Sting like a bee the next time a butterfly layout floats into view

I’m collecting examples to show my students next year, warning of the dangers of simply copying visual fads. They’ll be told in no uncertain terms that if I see a single butterfly in their work, they’ll rapidly become an endangered species on their course

Has anyone else noticed the infuriating appearance of butterflies in graphic design and illustration in the past year or so? We seemed to be plagued by them, and far from wishing extinction upon any species, I’d be happy to never see another butterfly as part of a design again. Even last week’s issue (DW 7 July) contained two such examples. Prominent examples include Microsoft and Casio print ads. They are tucked in here and there, usually for no apparent reason, often fluttering out of some jumbled, ‘organic-esque’ mix of elements at the edge of the page. The illustration on the front of The Observer Review recently had meaningless butterflies floating within it. I’m collecting examples to show my students next year, warning of the dangers of simply copying visual fads. They’ll be told in no uncertain terms that if I see a single butterfly in their work, they’ll rapidly become an endangered species on their course.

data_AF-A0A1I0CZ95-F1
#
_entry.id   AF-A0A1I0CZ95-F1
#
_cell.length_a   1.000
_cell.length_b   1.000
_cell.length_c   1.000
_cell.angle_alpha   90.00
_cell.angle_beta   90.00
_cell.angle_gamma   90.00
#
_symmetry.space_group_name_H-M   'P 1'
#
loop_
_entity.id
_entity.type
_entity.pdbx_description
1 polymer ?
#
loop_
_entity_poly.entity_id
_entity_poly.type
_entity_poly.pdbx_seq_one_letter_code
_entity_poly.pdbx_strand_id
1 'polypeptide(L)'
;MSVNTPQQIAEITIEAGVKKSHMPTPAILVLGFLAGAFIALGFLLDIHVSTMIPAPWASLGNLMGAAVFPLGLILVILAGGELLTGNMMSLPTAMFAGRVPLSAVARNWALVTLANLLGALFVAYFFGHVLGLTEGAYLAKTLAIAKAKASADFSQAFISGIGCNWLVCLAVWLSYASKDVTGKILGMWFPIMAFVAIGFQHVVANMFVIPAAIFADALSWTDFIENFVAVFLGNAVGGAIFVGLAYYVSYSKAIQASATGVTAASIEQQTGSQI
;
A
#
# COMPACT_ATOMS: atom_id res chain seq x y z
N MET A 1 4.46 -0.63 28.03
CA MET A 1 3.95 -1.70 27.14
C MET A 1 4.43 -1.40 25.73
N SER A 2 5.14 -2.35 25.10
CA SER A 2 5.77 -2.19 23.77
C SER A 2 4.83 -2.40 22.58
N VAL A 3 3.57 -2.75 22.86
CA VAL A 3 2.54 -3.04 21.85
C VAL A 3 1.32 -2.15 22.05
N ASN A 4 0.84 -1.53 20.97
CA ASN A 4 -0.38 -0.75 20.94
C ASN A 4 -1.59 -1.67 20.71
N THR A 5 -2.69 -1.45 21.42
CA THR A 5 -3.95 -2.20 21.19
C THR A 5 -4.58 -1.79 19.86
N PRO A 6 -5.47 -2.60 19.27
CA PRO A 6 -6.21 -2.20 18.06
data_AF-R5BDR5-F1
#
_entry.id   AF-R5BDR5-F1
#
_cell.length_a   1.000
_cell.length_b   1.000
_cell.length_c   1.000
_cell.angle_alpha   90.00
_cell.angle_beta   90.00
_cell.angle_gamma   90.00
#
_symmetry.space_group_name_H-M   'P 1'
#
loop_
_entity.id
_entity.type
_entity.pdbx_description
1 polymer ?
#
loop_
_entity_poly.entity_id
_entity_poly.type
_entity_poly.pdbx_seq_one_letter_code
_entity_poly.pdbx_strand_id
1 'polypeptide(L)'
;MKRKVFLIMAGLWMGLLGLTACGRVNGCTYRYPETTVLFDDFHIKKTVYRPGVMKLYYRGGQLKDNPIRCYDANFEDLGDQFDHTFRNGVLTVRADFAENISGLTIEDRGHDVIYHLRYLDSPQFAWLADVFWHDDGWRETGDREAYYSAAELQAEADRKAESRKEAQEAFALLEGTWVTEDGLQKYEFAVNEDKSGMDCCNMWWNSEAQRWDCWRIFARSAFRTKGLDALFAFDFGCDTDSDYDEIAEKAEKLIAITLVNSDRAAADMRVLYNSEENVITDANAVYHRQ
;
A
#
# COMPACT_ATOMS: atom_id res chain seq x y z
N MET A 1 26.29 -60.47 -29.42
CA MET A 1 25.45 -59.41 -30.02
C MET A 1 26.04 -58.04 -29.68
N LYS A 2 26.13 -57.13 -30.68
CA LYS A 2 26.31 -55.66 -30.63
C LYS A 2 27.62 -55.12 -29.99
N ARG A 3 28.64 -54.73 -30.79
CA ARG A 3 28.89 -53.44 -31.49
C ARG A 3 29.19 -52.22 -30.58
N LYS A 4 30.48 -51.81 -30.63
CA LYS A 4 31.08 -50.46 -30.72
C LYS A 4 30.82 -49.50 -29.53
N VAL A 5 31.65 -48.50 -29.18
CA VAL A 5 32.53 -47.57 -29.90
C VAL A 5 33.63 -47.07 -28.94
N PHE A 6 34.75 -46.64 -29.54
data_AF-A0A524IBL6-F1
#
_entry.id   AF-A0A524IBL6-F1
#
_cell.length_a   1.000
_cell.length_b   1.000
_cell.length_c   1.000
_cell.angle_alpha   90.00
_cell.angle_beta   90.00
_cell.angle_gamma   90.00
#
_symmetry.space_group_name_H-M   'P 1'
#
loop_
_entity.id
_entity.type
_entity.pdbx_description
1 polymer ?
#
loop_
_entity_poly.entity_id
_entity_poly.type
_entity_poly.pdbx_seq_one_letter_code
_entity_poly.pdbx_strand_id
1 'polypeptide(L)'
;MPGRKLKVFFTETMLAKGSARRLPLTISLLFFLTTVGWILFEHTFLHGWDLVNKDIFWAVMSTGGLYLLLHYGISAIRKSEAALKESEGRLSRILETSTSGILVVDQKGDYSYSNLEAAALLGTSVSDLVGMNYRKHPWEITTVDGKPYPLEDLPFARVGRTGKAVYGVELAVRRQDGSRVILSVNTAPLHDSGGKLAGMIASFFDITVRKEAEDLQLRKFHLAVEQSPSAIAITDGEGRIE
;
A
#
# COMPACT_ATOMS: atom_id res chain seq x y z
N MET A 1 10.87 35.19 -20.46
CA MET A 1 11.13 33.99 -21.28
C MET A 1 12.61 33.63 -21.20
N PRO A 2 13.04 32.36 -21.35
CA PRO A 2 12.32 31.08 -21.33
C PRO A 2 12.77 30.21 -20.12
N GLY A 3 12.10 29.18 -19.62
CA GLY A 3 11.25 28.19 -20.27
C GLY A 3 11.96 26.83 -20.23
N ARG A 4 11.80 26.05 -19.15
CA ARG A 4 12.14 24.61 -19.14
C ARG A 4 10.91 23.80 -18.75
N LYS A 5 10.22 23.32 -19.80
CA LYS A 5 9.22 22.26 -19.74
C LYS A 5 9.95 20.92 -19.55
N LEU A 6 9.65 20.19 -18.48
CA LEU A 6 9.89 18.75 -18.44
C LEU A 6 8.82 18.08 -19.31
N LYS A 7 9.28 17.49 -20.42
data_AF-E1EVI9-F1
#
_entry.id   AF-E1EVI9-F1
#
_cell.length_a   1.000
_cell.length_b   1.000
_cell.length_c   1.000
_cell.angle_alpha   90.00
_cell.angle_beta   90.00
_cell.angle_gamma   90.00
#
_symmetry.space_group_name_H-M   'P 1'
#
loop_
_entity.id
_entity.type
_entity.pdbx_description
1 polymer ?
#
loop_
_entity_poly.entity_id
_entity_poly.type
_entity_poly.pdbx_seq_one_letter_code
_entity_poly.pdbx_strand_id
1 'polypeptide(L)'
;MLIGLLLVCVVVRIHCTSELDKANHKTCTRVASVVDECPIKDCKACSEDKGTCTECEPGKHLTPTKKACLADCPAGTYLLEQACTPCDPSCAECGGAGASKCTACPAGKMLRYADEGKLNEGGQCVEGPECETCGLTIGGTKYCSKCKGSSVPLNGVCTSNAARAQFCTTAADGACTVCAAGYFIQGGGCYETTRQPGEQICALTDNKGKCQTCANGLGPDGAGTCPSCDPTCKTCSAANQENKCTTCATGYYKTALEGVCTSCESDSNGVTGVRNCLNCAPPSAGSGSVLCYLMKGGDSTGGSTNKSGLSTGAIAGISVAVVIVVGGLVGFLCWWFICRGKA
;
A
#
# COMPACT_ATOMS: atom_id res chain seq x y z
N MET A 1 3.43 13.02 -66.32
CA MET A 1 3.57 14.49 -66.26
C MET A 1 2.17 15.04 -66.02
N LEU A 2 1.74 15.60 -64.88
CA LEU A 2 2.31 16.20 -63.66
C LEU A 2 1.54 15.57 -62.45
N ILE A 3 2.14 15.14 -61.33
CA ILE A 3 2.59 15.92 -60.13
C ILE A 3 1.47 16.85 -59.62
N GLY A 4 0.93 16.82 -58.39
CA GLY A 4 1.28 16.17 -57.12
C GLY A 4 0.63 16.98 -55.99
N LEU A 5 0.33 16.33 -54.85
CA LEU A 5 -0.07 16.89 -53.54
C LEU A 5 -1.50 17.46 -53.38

Martin Schooley, Course Leader – BA (Hons) Graphic Design & Illustration, University of Hertfordshire, Herts AL10 9AB

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